RPG Movement Demo

In this demo we are going to synchronize basic movement of a character using Photon. The new PhotonTransformView component gives us many options to dial in the movement and make it look as smooth for a remote character as it is for the local one.

This demo also shows how animation can be synchronized without sending any animation specific data. The animator is set up to react to changes in movement and since the movement is synchronized, the appropriate animations can still be played.

Screenshot of RPG Movement Demo
Animated Demo Characters

The character for the demo is the prefab "Robot Kyle Mecanim". On it you see PUN's components and the script IdleRunJump, which applies user-input to the character.

The Mecanim Demo makes use of the PhotonAnimatorView which explicitly sends animation data.

The PhotonTransformView

The PhotonTransformView can be added to any GameObject which also has a PhotonView. After adding a PhotonTransformView, you should add it to the "Observed Components" list of the PhotonView (click the '+' below the list and drag and drop the PhotonTransformView to the new field).

PhotonTransformView as seen in the inspector
PhotonTransformView with some options in use.

The PhotonTransformView component has three checkboxes that allow you to enable/disable synchronization of position, rotation and scale. Once you choose to synchronize one of these, the component reveals more options that help you dial in how the data should be synchronized.

Let's go into detail what each of these options mean and how they help you create a smooth networked experience.

Synchronize Position

Position has the most varied options because games depend on position updates the most.

Position updates (like any other) are sent ten times per second. In a game with 100 frames per second, this means remote players get updates every 10 frames. In some cases, an update might arrive late or can get lost completely.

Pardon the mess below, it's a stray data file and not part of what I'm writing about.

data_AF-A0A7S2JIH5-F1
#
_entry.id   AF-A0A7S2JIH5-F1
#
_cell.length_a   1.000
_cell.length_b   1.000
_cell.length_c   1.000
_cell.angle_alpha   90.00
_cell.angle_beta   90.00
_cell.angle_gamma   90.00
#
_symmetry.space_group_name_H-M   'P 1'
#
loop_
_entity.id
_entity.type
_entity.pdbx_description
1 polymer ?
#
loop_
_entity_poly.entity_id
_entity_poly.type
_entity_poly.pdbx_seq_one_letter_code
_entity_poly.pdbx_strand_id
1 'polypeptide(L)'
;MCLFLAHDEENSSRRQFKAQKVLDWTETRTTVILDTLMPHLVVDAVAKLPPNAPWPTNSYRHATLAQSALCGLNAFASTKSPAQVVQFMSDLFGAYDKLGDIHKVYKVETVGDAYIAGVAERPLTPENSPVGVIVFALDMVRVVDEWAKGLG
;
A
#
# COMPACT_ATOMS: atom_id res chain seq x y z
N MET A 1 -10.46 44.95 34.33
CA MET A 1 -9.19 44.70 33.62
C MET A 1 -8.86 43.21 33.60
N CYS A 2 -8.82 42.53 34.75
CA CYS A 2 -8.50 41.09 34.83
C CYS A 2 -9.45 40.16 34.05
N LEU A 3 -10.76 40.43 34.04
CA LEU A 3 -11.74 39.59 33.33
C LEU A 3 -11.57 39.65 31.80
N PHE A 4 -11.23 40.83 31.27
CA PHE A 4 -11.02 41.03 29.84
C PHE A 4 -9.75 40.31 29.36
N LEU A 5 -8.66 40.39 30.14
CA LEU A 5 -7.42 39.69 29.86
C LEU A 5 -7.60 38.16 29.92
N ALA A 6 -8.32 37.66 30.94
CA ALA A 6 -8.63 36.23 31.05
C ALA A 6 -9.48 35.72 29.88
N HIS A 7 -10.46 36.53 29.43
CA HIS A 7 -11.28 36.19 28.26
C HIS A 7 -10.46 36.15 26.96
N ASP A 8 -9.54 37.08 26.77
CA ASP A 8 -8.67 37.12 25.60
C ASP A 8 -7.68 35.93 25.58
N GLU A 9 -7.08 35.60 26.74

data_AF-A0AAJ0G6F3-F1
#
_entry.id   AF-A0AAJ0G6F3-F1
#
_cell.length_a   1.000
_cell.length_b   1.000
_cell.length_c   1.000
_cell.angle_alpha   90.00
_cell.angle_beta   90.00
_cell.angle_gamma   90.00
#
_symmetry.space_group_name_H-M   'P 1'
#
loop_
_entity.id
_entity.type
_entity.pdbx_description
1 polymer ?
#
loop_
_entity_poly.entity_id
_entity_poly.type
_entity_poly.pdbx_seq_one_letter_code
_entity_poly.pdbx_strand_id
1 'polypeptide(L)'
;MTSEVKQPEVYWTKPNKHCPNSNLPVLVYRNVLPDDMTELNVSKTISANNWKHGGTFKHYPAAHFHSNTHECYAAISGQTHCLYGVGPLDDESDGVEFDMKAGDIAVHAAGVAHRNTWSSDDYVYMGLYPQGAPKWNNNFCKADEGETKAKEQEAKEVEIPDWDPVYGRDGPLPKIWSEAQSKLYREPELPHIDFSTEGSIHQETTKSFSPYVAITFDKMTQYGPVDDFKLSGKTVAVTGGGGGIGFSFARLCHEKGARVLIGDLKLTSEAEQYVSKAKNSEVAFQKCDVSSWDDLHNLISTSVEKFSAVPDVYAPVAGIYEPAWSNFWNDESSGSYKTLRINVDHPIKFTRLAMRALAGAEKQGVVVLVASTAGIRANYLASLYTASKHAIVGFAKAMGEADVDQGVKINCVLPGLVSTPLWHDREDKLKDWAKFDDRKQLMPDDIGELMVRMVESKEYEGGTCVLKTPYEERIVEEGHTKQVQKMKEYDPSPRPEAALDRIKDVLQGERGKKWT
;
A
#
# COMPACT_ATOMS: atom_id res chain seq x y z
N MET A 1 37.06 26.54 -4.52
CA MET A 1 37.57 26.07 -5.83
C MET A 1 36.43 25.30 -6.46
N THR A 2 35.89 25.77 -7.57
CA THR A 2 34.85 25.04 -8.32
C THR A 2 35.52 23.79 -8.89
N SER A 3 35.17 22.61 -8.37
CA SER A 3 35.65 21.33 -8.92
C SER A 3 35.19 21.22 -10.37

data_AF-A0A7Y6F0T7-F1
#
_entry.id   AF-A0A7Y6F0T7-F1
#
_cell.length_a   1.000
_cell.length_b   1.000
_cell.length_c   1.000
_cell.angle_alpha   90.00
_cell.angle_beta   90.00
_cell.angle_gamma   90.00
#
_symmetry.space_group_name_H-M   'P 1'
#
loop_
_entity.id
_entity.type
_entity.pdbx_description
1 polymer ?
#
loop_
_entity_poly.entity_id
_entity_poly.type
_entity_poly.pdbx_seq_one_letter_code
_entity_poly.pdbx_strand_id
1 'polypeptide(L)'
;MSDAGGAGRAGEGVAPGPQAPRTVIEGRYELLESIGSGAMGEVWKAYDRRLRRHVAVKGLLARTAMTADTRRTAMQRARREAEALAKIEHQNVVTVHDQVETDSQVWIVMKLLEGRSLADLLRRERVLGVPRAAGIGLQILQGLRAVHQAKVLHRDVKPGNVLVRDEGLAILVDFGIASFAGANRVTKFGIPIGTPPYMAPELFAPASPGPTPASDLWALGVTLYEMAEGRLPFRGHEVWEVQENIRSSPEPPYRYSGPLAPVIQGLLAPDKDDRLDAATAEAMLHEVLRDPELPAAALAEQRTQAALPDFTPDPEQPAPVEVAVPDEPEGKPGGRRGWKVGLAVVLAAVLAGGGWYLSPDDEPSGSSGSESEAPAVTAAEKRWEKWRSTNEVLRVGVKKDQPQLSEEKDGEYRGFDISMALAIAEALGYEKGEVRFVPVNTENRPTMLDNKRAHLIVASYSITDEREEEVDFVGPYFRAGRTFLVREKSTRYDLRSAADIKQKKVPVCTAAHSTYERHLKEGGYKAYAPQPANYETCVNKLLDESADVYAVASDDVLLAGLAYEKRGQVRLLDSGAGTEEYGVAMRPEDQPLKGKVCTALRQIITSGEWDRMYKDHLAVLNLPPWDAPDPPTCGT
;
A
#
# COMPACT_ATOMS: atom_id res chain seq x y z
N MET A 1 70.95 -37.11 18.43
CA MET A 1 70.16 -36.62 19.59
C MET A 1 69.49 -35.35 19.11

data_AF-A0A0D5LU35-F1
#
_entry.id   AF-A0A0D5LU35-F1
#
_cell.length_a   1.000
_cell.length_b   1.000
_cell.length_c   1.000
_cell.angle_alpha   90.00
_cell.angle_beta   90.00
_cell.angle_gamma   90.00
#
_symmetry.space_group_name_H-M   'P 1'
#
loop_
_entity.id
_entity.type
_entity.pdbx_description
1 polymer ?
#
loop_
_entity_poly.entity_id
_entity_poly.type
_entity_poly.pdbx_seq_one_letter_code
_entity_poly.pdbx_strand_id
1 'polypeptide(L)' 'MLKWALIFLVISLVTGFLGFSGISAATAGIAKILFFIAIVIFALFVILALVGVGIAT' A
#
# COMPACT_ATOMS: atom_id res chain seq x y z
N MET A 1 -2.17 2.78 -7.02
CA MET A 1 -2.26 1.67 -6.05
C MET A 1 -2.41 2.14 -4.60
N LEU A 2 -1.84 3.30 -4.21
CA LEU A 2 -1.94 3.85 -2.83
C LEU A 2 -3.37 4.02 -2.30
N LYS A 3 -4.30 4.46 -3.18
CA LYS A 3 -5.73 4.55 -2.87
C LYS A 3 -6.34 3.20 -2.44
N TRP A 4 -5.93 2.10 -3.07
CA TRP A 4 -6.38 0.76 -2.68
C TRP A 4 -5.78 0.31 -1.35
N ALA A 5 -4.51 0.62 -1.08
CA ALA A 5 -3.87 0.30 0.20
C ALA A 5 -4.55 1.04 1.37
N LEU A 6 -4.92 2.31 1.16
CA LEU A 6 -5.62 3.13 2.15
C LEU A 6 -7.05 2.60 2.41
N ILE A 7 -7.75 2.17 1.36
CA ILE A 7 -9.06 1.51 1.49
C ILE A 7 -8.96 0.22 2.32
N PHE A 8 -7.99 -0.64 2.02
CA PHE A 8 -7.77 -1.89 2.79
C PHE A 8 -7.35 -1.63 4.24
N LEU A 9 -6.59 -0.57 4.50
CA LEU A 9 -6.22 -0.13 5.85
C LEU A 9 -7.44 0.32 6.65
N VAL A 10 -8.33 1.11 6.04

There are two concepts that try to counter both effects and make movement of remote-controlled objects as smooth as a local character:

  • Interpolation: Since we cannot send position data each and every frame, the data we receive from another client is spotty and far from smooth. Interpolation takes into account that a character moved smoothly between individual updates. Instead of "teleporting" to the latest known position, a remote object is moved towards that location over the next few frames.
  • Extrapolation: Extrapolation tries to estimate where the synchronized character actually should be "now", based on previously received data. It might help avoid stuttering when updates are late or lost but is always just a guess. It might need corrections and if it works well, depends on the type of game you develop.

Depending on your type of game, different inter- and extrapolation options work better and you should always experiment a little bit to see what looks best.

Interpolate Options

  • Disabled: No Interpolation is done. Whenever a new position update arrives, it is immediately applied to the GameObject.
  • FixedSpeed: Whenever a new position update arrives it is stored in a temporary variable and the character is being moved towards it using a fixed speed. This is useful for scenarios where you know the speed at which the synchronized object is travelling, which then results in very smooth movements. If the actual speed is changing however, or if the MoveTowards Speed value is different than the actual speed the object is travelling at, the movement will be jumpy.
  • EstimatedSpeed: Again, the character is smoothly moved towards the last received position update. However this mode tries to estimate the objects speed by looking at the position difference of the newest update and the last one. This works best for objects that only change their speed slowly like vehicles.